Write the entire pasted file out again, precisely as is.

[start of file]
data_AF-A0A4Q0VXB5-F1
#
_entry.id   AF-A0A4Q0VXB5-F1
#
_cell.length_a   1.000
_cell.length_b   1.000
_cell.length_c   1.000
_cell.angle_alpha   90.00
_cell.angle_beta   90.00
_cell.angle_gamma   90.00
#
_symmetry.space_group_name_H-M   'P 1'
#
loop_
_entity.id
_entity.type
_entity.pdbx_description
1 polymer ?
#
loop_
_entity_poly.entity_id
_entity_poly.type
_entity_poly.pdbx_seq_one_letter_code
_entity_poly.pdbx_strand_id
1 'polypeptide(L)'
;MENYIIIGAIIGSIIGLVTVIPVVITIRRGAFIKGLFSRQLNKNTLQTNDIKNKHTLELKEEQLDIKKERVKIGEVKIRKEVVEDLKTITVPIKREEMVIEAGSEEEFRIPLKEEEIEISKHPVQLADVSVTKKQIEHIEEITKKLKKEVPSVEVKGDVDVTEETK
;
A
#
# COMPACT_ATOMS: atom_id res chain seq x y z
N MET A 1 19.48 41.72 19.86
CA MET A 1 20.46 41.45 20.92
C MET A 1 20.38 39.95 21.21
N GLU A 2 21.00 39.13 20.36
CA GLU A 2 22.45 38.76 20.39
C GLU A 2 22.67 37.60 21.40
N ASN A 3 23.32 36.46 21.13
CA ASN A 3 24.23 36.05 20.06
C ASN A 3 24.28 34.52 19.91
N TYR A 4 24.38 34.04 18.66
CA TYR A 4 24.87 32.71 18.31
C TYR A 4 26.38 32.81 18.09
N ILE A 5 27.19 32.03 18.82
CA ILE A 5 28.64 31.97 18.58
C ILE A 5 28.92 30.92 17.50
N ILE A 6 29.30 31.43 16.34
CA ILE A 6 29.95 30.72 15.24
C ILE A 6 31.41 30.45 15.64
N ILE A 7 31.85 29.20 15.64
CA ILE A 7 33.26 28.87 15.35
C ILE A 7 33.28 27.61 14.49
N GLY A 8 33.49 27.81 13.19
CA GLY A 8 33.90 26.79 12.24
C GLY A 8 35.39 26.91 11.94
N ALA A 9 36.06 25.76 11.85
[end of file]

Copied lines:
data_AF-A0A4Q0VXB5-F1
#
_entry.id   AF-A0A4Q0VXB5-F1
#
_cell.length_a   1.000
_cell.length_b   1.000
_cell.length_c   1.000
_cell.angle_alpha   90.00
_cell.angle_beta   90.00
_cell.angle_gamma   90.00
#
_symmetry.space_group_name_H-M   'P 1'
#
loop_
_entity.id
_entity.type
_entity.pdbx_description
1 polymer ?
#
loop_
_entity_poly.entity_id
_entity_poly.type
_entity_poly.pdbx_seq_one_letter_code
_entity_poly.pdbx_strand_id
1 'polypeptide(L)'
;MENYIIIGAIIGSIIGLVTVIPVVITIRRGAFIKGLFSRQLNKNTLQTNDIKNKHTLELKEEQLDIKKERVKIGEVKIRKEVVEDLKTITVPIKREEMVIEAGSEEEFRIPLKEEEIEISKHPVQLADVSVTKKQIEHIEEITKKLKKEVPSVEVKGDVDVTEETK
;
A
#
# COMPACT_ATOMS: atom_id res chain seq x y z
N MET A 1 19.48 41.72 19.86
CA MET A 1 20.46 41.45 20.92
C MET A 1 20.38 39.95 21.21
N GLU A 2 21.00 39.13 20.36
CA GLU A 2 22.45 38.76 20.39
C GLU A 2 22.67 37.60 21.40
N ASN A 3 23.32 36.46 21.13
CA ASN A 3 24.23 36.05 20.06
C ASN A 3 24.28 34.52 19.91
N TYR A 4 24.38 34.04 18.66
CA TYR A 4 24.87 32.71 18.31
C TYR A 4 26.38 32.81 18.09
N ILE A 5 27.19 32.03 18.82
CA ILE A 5 28.64 31.97 18.58
C ILE A 5 28.92 30.92 17.50
N ILE A 6 29.30 31.43 16.34
CA ILE A 6 29.95 30.72 15.24
C ILE A 6 31.41 30.45 15.64
N ILE A 7 31.85 29.20 15.64
CA ILE A 7 33.26 28.87 15.35
C ILE A 7 33.28 27.61 14.49
N GLY A 8 33.49 27.81 13.19
CA GLY A 8 33.90 26.79 12.24
C GLY A 8 35.39 26.91 11.94
N ALA A 9 36.06 25.76 11.85